Today is the final day of guest reviews by Dr. Jones’ students. Today, I welcome Elyse who read “Something Like Hope” by Shawn Goodman!
Hi, everyone! My name is Elyse. I graduated from SUNY Oswego in 2010 with a degree in Adolescence Education (Social Studies 7-12). I am currently a graduate student at Nazareth College in the Literacy (5-12) program. If I were to choose which subject I would most like to teach I would choose U.S. Government and Politics. I love to read, although I have to admit I don’t often have the chance to sit down and read something for fun. Usually I read things for school, although this semester has been a lot different because I’ve had the chance to read for fun AND I have to do it for class. I haven’t heard about TBF until this year, but I’m definitely interested in seeing what it’s all about!
I am thrilled to write a review of “Something Like Hope” by TBF author, Shawn Goodman, to share with all of you. This book was chosen for me to read and review, but it also happens to be my favorite so far this semester. Although the main character’s experiences are vastly different from my own, I found that I was able to relate to her more than I originally thought I would. Some of the emotions she experienced throughout the book are pretty common despite her extraordinary situation.
“Something Like Hope” is told from the perspective of Shavonne. She is 17 years old and has lived through some awful things. Her mother — in pursuit of cocaine to satisfy her addiction — neglected Shavonne and her younger brother, Marcus. Shavonne was abused throughout numerous foster care placements, had a baby at 16 while she was locked up, and faces a future overshadowed by the threat of an extension of her time in prison.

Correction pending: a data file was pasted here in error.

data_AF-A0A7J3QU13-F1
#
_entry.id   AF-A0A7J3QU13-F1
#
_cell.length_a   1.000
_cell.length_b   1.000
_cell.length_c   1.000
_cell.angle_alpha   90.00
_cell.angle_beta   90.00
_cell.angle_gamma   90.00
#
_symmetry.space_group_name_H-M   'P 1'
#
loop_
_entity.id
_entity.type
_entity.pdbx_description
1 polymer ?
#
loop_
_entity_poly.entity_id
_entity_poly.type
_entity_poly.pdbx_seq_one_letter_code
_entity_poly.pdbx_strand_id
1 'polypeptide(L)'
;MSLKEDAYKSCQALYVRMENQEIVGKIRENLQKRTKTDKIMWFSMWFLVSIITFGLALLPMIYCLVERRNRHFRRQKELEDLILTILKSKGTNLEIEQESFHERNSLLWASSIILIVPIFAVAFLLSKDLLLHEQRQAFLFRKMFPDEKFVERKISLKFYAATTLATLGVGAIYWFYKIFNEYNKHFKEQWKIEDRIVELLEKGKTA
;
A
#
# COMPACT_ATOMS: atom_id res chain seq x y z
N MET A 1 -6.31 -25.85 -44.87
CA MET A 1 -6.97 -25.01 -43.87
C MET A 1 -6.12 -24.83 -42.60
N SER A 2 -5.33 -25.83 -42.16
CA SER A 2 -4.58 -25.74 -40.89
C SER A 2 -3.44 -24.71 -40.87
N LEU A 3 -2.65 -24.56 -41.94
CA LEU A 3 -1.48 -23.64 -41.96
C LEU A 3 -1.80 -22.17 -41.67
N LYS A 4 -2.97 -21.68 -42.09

Time is running out for Shavonne, who is only months away from her 18th birthday. She begins meeting with a new psychologist at the Center, Mr. Delpopolo, whom she would like to trust but finds it difficult to do so. Through her experiences, she has learned not to trust anyone. Talking to this psychologist seems like her last chance to try to figure out how to get past her issues and change her life for the better so that she might avoid an extended sentence in prison, and maybe even find her little brother who was separated from her years ago. Will she be able to work with Mr. Delpopolo to find a way out, or will she allow her past to determine her future?
“Something Like Hope” is a heartbreaking and honest look at of some of the cruelty and unfair treatment that many people similar to Shavonne have to live through. From abusive guards who are not held responsible for their actions, to support staff and mental health professionals who are careless and corrupt, a place like the Center can be as harmful to the people held there as the places they came from on the outside.
Through all of the difficulties, Shavonne fought to get her life back. She was fortunate enough that there were a few honest and kind people around to help her through the obstacles. Not everyone in facilities similar to the one in the book would be able to say the same. This book definitely raises awareness of some of these very real issues. It seems so genuine. It is incredibly sad, so I would advise anyone who decides to read the book to have some tissues ready to go. For all of these reasons, I think this book is 100% worth taking the time to read! I even read it twice!
I recommend it to everyone, and I can’t wait to see Shawn Goodman at TBF!
Thanks for sharing your thoughts, Elyse! I agree that “Something Like Hope” sounds incredibly powerful – I’m adding it to my “to read” list!